Gut Microbiota Features Associated With Campylobacter Burden and Postnatal Linear Growth Deficits in a Peruvian Birth Cohort

Saba Rouhani, Nicholas W. Griffin, Pablo Penataro Yori, Maribel Paredes Olortegui, Mery Siguas Salas, Dixner Rengifo Trigoso, Lawrence H. Moulton, Eric R. Houpt, Michael J. Barratt, Margaret N. Kosek, Jeffrey I. Gordon

Research output: Contribution to journalArticle

Abstract

BACKGROUND: Campylobacter infection is associated with impaired growth of children, even in the absence of symptoms. To examine the underlying mechanisms, we evaluated associations between Campylobacter infection, linear growth, and fecal microbial community features in a prospective birth cohort of 271 children with a high burden of diarrhea and stunting in the Amazonian lowlands of Peru. METHODS: Campylobacter was identified using a broadly reactive, genus-specific enzyme-linked immunosorbent assay. 16S rRNA-based analyses were used to identify bacterial taxa in fecal samples at ages 6, 12, 18, and 24 months (N = 928). Associations between infection, growth, and gut microbial community composition were investigated using multiple linear regression adjusting for within-child correlations, age, and breastfeeding. Indicator species analyses identified taxa specifically associated with Campylobacter burden. RESULTS: Ninety-three percent (251) of children had Campylobacter present in asymptomatic fecal samples during the follow-up period. A 10% increase in the proportion of stools infected was associated with mean reductions of 0.02 length-for-age z scores (LAZ) at 3, 6, and 9 months thereafter (P < .01). We identified 13 bacterial taxa indicative of cumulative Campylobacter burden and 14 taxa significantly associated with high or low burden of enteroaggregative Escherichia coli, norovirus, or Giardia. CONCLUSIONS: Campylobacter infection is common in this cohort and associated with changes in microbial community composition. These results support the notion that disruptions to the fecal microbiota may help explain the observed effects of asymptomatic infections on growth in early life.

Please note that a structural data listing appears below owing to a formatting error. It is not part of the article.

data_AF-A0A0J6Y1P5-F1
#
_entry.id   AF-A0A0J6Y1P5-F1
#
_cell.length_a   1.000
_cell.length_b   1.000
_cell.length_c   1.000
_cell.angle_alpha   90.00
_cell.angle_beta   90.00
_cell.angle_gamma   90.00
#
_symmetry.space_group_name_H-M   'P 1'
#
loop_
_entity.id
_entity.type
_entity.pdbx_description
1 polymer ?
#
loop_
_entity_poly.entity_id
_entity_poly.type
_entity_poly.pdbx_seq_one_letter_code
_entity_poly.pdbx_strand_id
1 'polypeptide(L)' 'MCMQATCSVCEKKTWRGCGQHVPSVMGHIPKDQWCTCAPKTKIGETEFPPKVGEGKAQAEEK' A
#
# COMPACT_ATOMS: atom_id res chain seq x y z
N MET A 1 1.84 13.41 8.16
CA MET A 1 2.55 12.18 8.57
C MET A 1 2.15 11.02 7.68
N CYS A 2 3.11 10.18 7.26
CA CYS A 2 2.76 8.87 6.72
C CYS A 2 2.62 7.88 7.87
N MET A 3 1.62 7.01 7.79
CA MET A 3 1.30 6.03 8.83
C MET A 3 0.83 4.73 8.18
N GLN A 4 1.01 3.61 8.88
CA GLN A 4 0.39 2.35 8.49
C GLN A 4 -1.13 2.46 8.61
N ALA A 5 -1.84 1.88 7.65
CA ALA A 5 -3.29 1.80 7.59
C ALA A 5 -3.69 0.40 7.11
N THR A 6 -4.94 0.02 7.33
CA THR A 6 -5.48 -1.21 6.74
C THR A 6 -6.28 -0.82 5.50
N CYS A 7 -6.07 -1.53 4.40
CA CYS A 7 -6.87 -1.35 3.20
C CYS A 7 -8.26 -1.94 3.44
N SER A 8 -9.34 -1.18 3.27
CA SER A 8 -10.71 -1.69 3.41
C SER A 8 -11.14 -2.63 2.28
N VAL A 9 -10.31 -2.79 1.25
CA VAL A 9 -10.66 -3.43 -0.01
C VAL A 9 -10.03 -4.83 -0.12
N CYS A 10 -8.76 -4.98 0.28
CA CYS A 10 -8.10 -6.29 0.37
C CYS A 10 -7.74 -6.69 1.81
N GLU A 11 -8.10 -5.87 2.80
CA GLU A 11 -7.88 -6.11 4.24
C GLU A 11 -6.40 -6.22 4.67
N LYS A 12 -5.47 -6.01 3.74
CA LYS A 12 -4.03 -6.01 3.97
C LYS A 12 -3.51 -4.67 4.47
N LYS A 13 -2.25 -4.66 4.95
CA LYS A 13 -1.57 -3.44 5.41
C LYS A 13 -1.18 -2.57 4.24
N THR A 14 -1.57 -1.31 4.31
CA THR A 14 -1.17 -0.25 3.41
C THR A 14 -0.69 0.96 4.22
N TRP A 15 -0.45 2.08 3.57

Original languageEnglish (US)
Pages (from-to)1000-1007
Number of pages8
JournalClinical infectious diseases : an official publication of the Infectious Diseases Society of America
Volume71
Issue number4
DOIs
StatePublished - Aug 14 2020

Keywords

  • Campylobacter
  • child growth
  • enteropathy
  • microbiota

ASJC Scopus subject areas

  • Microbiology (medical)
  • Infectious Diseases

Fingerprint Dive into the research topics of 'Gut Microbiota Features Associated With Campylobacter Burden and Postnatal Linear Growth Deficits in a Peruvian Birth Cohort'. Together they form a unique fingerprint.

  • Cite this